When I finished my first manuscript I was awfully proud of what I had accomplished. It was sort of like when my first child was born and I took an over abundance of pictures and sent them to everyone I knew so they could see her and how absolutely perfect she was. So too, I wanted everyone to read and enjoy the story I had created.
I sent the manuscript out anticipating that some lucky agent or editor would be pleased to represent such a treasure. But instead, I got: Josie is too weak and depressed—unsympathetic—while John is too brutish. It’s unrealistic to think that she would stay with him. In addition, Brian was not attractive enough, the story started out too slow, was written in present tense, my writing style was too casual while the story line too serious for the irony I had tried to incorporate. And there was more . . .
This story was about a woman who was trying to find her place in a life she found herself living but had not necessarily chosen. How many of us have woken up one day and thought, how did I get here? This isn’t how I had envisioned my life would be. So, I began the story at the start of her journey. I don’t believe it was unrealistic to think she would stay with a lousy husband since she was just figuring this out for herself. Why do editors always have to see a manuscript for what it is not instead of for what it is?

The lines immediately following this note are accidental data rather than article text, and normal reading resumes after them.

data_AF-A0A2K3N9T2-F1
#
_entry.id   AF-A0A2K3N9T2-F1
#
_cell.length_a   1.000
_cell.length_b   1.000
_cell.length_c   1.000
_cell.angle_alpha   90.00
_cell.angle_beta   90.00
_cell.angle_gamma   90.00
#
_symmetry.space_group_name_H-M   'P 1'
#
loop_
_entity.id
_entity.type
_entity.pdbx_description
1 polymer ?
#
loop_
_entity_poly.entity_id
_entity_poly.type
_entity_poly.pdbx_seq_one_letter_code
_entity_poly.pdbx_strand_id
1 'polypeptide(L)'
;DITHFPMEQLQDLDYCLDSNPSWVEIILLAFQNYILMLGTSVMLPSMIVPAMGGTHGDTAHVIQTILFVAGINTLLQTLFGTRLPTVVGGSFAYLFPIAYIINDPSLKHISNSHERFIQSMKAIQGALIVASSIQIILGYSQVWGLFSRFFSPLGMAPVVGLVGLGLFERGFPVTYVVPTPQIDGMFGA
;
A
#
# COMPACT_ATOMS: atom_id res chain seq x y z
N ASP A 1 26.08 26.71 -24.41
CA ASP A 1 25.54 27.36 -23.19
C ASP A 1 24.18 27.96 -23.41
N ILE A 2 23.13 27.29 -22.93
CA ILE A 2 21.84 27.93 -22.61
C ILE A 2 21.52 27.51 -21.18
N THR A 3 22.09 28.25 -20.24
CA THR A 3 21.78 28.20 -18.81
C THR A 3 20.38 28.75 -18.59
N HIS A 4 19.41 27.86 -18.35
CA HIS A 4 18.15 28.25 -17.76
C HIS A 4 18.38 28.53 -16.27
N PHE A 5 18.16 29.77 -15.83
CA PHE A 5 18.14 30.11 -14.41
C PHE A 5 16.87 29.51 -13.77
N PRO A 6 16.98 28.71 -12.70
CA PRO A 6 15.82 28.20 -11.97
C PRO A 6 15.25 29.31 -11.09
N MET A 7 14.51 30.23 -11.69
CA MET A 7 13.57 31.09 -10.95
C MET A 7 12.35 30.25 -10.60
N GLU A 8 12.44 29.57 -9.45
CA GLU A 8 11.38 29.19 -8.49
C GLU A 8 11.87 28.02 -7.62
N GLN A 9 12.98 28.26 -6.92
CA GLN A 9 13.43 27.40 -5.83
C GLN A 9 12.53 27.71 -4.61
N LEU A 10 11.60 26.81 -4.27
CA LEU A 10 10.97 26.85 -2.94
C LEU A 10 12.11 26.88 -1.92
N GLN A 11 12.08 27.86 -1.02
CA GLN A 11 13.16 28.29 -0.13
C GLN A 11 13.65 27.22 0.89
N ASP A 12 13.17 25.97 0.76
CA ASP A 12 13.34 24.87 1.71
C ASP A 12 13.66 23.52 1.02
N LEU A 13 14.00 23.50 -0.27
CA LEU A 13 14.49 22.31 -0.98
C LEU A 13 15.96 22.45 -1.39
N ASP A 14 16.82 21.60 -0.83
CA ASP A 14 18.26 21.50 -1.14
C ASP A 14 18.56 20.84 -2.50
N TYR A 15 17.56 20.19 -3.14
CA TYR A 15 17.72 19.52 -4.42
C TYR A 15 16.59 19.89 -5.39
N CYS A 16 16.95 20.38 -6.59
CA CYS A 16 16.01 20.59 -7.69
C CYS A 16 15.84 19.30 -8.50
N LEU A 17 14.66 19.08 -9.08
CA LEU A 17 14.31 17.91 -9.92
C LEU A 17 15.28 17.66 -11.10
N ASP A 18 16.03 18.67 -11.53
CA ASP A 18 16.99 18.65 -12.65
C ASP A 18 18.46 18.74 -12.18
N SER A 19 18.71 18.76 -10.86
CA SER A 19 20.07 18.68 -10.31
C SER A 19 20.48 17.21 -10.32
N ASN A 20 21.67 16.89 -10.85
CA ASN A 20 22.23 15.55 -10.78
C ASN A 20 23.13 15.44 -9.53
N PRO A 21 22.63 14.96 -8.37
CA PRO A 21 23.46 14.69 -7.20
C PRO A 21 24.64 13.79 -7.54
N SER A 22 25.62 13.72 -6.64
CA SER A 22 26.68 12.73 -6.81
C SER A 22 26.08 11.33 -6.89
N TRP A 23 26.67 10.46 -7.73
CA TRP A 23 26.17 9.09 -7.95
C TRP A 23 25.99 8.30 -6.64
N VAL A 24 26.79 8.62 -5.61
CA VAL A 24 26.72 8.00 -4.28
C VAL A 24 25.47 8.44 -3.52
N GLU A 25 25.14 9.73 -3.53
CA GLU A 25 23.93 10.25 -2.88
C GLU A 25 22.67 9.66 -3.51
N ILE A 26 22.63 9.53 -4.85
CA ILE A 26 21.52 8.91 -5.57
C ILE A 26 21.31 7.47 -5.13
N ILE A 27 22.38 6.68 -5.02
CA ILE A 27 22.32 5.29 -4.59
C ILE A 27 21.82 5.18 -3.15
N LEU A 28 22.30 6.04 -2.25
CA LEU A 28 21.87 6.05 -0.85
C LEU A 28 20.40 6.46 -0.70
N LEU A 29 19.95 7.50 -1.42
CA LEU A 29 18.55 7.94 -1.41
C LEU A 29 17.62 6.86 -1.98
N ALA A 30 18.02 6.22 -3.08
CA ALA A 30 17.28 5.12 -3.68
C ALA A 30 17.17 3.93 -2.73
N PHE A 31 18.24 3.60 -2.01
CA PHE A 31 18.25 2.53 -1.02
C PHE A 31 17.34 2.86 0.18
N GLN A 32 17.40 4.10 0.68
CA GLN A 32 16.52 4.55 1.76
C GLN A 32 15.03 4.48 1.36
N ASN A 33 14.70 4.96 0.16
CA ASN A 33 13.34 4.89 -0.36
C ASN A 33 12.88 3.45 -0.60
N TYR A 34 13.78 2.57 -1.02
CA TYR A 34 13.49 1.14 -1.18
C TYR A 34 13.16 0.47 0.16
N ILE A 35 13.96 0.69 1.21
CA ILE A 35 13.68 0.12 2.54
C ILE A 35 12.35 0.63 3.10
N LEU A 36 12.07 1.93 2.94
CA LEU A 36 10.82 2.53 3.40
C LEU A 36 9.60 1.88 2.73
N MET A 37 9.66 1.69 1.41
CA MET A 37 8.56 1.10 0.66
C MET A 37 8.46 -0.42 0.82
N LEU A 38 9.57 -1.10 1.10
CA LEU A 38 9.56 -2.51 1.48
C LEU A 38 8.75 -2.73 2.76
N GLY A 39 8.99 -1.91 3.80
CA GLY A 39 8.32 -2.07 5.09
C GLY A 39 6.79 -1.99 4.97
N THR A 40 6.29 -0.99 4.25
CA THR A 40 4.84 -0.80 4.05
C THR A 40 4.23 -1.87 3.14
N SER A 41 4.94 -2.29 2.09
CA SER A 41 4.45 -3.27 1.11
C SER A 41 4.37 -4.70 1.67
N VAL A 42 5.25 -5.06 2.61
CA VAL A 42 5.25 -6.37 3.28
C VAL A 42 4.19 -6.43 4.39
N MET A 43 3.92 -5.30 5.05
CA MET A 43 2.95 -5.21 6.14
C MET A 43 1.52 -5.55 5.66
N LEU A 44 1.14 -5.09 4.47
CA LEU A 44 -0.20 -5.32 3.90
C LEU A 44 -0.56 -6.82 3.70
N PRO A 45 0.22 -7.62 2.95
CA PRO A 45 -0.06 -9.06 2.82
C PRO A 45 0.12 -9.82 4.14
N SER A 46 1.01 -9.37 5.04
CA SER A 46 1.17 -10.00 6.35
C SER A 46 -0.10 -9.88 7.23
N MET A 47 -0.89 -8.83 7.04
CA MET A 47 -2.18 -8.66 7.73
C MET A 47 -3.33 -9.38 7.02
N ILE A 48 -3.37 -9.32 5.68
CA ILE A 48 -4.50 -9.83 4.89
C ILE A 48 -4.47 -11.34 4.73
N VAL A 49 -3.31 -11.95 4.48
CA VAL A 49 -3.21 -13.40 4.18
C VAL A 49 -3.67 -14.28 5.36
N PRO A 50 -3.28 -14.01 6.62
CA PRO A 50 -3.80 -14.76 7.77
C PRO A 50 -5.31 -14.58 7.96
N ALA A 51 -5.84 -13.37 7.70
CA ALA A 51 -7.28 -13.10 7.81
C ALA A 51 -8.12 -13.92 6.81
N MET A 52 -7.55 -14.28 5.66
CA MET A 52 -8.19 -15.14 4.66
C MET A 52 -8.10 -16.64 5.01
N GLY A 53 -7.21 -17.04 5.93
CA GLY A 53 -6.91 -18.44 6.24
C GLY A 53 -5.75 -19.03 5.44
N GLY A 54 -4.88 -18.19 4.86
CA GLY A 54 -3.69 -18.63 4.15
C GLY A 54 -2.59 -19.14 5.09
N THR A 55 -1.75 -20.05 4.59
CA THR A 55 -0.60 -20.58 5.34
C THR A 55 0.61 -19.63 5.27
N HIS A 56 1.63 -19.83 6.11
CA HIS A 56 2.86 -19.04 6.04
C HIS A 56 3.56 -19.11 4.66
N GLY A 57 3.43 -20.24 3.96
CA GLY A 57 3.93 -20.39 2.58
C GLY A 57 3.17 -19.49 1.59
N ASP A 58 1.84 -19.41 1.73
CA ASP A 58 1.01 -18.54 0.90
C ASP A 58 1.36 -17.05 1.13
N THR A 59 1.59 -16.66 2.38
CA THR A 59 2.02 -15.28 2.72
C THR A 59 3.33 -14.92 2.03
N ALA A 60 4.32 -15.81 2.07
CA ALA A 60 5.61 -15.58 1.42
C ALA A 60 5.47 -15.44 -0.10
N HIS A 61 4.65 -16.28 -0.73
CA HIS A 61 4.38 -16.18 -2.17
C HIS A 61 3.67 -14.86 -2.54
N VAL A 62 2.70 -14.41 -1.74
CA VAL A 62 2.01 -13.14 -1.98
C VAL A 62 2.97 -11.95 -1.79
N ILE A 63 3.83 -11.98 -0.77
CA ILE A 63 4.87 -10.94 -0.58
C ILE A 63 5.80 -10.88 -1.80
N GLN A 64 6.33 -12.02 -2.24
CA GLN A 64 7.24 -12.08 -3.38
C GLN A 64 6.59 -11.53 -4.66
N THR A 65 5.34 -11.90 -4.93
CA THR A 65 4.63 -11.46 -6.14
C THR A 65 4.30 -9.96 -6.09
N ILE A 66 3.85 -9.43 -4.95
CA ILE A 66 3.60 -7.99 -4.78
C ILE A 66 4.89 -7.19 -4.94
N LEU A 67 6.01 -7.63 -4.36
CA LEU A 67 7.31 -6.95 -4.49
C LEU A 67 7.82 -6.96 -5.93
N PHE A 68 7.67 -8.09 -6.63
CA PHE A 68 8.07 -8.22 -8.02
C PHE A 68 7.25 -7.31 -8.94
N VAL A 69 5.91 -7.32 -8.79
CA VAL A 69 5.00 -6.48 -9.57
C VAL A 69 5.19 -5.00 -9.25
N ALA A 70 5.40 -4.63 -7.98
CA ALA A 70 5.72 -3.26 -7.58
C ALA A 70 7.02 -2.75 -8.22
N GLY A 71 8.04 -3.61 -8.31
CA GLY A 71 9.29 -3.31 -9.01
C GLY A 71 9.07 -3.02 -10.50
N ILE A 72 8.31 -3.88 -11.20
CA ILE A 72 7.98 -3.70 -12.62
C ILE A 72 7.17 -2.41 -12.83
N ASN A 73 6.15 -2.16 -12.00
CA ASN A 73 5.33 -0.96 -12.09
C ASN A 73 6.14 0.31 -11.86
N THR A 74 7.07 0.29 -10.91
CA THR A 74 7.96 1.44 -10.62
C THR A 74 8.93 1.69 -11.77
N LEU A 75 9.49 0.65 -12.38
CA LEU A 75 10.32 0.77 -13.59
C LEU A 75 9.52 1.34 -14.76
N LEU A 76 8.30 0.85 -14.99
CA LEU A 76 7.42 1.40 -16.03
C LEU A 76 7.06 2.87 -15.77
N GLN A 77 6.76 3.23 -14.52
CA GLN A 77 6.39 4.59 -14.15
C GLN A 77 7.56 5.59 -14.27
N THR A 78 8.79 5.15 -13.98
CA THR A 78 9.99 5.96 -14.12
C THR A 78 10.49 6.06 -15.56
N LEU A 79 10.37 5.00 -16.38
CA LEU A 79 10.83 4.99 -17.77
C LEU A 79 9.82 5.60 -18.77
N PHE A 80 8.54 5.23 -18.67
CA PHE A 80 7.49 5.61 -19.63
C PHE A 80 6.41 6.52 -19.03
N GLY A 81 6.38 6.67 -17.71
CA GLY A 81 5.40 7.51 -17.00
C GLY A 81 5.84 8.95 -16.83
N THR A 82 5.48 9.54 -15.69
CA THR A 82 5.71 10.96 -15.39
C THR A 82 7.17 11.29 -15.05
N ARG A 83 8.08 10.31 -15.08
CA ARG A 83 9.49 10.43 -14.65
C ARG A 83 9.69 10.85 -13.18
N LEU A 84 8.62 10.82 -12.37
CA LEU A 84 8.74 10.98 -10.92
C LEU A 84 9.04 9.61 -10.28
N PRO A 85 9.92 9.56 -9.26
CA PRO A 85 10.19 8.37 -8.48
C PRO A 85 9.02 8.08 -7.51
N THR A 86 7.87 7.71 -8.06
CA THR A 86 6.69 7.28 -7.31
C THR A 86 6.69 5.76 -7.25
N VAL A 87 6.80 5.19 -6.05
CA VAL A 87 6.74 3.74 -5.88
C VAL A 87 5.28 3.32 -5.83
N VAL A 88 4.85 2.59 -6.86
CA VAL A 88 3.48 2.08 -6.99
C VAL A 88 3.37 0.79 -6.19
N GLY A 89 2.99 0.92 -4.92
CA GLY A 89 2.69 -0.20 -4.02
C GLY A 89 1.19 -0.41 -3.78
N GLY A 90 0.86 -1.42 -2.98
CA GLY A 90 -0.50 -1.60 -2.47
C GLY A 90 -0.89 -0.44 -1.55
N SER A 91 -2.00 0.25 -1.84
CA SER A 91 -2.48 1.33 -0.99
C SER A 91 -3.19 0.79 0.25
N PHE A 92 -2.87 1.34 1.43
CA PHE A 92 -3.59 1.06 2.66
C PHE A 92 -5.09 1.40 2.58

Even so, I tightened up the plot, sobered up my style, made Josie stronger, John not so mean, Brian a hunk and changed it to past-tense (no small task I might add).
A few weeks ago an editor found herself reading my blog and enjoying my posts. She asked to see my manuscripts. Not to sound over dramatic but I was so excited, I literally thought I would pop! Well, that was until I received her reply. She said that my blog voice was pleasing while my fiction voice . . . not so much. In addition, my characters where not realistic but too much like characters from a movie and it was as if my writing was trying to be something it was not.
In other words, all the things she said were wrong with my writing were all the things everyone else had said would make the story right. And to make matters worse, I really couldn’t completely disagree with her assessment.
Excuse my “french” but, Holly frickin’ crap!
In short, I can’t get published by following all the “rules,” writing the way the powers that be say I need to, and I can’t get published because I followed the “rules” since somewhere in the process I may have lost my voice.
So, I have two choices: keep writing the way I have been. Or, go back to the beginning and write the way I want to – the way I do in my blogs. (A third option would be to accept the possibility that I’m simply not a fiction writer and stop torturing myself, but I’m not quite there yet.)
Which way do I go? I have not yet decided but what ever I choose, I’m afraid the journey to publication is going to be up hill both ways.
A side note: You can help me decide. Look over at the “Pages” and click on The Final Rose to read an excerpt from my latest work. Let me know what you think. Is there a distinctive voice? Is it appealing? Do you like the story? Don’t be afraid to be brutally honest, the editors never are.